Gay Actor Billi Gordon Entered Seminary & Did Drag — He Left It All to Get PhD in Neuroscience

Billi Gordon, a gay actor who died in 2012, is best known for his role as a drag queen in the movie. “Coming to America,”But acting wasn’t where his heart was. He made the decision to leave everything behind and follow his dreams.

Gay actor Billi Gordon, who has passed away Three years agoHe was one of Hollywood’s most prominent stars. Before he became a star in Hollywood, the actor had a difficult upbringing.

Gordon grew up overweight in Dowagiac, Michigan. He weighed in at around 300 lbs during high school. After being told he was called to be a priest, he briefly attended a Roman Catholic Seminary. 

Left: Billi Gordon in drag as a drag queen at the 1988 “Coming to America.”Right: Billi in a hospital gown. | Photo: youtube.com/Roseanne Barr | twitter.com/dialmformovies

He began a tumultuous life in Los Angeles, working as a male escort and a female-looking prostitute. He later discovered his talent for comic writing and performing as a woman.

Gordon was a greeting-card model.  His job led him to the glamorous world of drag, where he was able to dress up in extreme hairstyles, makeup, and clothes.

Gordon was iconic in drag for his feminine features and flamboyant sense of humor. His husband, Robert Lindsay Schallert, who stayed by the actor’s side until his death,  in a 2009 LA Times interview:

“It was very convincing. There are people who still think he’s  woman.”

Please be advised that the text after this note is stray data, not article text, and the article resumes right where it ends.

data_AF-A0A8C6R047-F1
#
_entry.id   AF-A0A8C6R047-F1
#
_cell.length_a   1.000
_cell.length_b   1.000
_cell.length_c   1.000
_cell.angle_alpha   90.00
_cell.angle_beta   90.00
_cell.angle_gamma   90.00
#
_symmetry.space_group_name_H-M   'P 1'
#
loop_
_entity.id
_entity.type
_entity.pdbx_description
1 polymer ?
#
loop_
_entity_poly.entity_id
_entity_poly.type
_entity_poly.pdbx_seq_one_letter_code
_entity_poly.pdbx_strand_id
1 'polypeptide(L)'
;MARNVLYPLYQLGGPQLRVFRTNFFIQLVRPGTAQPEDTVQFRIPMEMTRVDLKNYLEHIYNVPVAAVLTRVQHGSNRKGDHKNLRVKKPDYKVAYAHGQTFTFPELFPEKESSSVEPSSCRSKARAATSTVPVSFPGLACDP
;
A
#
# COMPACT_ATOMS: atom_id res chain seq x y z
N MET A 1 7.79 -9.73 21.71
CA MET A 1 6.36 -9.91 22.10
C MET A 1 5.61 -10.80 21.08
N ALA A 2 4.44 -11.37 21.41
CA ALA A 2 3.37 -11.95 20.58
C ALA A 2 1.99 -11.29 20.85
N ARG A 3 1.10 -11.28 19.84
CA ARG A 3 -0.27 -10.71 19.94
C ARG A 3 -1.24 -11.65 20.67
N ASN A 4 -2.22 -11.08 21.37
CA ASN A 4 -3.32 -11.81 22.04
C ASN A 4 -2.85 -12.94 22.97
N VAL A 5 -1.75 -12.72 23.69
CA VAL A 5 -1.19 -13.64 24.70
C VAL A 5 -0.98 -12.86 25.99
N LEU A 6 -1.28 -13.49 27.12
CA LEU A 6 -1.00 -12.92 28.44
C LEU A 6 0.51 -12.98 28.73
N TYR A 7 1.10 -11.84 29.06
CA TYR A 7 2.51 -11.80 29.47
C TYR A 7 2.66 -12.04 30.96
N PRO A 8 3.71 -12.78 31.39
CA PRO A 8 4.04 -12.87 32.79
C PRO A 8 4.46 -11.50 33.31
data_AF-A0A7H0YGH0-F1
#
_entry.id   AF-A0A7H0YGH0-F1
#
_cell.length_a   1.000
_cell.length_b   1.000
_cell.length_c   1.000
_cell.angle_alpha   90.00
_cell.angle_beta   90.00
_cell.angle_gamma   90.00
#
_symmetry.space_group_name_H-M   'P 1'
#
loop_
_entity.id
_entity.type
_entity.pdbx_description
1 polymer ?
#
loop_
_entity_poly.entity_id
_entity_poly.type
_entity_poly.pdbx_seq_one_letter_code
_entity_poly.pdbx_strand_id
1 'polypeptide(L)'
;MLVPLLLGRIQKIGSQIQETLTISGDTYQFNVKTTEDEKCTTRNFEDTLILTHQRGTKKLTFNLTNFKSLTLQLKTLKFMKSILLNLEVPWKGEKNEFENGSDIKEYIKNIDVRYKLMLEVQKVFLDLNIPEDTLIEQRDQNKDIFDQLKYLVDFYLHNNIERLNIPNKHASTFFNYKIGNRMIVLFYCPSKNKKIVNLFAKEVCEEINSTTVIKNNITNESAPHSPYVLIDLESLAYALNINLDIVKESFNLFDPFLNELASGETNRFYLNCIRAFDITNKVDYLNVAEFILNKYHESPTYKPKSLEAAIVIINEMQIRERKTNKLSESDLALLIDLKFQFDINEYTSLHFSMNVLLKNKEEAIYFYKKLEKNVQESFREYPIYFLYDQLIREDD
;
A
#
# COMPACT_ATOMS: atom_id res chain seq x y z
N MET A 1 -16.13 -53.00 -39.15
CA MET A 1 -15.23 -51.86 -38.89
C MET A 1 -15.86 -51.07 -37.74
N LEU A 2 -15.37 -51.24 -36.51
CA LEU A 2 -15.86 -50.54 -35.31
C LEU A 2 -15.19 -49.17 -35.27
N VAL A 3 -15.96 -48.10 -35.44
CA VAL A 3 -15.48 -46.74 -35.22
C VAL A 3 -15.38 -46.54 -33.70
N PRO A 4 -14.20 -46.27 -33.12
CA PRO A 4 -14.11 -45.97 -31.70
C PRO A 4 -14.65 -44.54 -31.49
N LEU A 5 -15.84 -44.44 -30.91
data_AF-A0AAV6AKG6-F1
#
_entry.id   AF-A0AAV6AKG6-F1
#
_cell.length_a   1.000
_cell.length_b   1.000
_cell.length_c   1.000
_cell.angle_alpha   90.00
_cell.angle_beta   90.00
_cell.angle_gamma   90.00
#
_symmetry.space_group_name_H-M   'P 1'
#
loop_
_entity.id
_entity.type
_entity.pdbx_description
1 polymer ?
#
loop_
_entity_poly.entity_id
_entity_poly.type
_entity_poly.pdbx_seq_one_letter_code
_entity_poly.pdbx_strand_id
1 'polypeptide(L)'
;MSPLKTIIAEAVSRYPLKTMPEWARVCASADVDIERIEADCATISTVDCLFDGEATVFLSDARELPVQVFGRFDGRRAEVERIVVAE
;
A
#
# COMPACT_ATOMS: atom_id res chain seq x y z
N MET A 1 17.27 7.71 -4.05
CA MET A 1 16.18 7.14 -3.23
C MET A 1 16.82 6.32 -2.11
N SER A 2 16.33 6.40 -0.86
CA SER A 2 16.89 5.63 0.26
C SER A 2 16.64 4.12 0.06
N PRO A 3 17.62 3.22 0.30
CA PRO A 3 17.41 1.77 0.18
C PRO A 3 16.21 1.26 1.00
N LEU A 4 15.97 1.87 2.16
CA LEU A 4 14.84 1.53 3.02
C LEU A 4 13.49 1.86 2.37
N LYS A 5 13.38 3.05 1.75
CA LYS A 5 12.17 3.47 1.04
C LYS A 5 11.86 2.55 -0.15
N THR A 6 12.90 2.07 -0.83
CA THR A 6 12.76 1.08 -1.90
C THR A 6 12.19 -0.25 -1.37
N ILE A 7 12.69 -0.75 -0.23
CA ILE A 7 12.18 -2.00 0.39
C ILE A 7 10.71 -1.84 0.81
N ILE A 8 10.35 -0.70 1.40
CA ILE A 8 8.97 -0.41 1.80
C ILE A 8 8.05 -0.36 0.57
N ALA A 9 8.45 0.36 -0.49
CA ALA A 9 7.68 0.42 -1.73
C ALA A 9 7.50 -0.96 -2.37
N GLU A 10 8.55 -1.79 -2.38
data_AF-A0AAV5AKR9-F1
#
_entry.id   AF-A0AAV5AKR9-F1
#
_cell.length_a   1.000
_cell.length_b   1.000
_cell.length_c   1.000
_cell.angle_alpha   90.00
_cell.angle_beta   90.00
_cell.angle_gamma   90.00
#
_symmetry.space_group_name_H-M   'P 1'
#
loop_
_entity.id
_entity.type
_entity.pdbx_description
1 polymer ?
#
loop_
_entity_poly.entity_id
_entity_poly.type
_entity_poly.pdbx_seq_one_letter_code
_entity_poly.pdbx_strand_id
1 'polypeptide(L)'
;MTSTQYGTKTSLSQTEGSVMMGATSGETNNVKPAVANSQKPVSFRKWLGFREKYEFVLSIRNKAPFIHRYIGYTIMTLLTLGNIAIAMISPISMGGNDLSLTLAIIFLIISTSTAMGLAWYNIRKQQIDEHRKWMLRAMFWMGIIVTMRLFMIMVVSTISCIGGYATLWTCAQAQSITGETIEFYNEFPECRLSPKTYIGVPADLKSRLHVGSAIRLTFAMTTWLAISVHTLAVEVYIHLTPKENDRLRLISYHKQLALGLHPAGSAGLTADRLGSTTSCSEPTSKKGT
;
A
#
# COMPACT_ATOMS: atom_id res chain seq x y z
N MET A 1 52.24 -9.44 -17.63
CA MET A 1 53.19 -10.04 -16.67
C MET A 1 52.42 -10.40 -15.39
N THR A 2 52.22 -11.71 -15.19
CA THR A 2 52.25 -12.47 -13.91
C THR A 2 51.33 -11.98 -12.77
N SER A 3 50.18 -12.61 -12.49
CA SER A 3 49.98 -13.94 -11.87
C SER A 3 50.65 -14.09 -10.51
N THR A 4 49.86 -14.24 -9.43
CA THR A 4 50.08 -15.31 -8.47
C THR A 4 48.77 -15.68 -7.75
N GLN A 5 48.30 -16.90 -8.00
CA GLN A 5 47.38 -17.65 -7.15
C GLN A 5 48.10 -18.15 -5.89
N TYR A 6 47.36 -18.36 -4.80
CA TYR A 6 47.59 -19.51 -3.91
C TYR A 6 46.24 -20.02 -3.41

The couple tied the knot in 1988. Schallert is an actor. His first TV role was that of Wolfie Smith on the series. “Citizen Smith,”This was from 1977 to 1980.

FINDING FAME in HOLLYWOOD

Gordon is a crowd-pleaser, and he later became a naturalist. It gained popularity in Hollywood through films and television. He appeared in the 1986 film “The Party Animal,”Matthew Causey stars in the role. 

He published a cookbook because of his passion for food and writing talents. “You’ve Had Worse Things in Your Mouth.”

He appeared briefly in the sitcom Family Sitcom 1987. “Married…with Children,”He was a drag actor. He was also the drag queen in the 1988 film. “Coming 2 America.”

LONG JOURNEY TO NUTROSCIENCE

Gordon felt unhappy despite his promising Hollywood career. He wanted to make a fresh start and leave behind his successful career. In 1997, he completed his bachelor’s at the University of Michigan.

He then attended California State University- Northridge, where he completed his master’s in psychology and sociology. He kept enhancing his education. 

Gordon received his Ph.D. from the Union Institute and University in 2004 in Integrative Behavioral Neuroscience. He went on to pursue a postdoctoral career and a research career in neuroscience at UCLA.

Gordon studied psychology at UCLA and was interested in race, emotion, minorities health disparities, digestion health, obesity, and other issues that affected him personally. Because he felt it was his duty, he studied these topics.

Although he made funny jokes about how much he weighed while he was still acting on TV, the late TV star was open about his health issues, including obesity.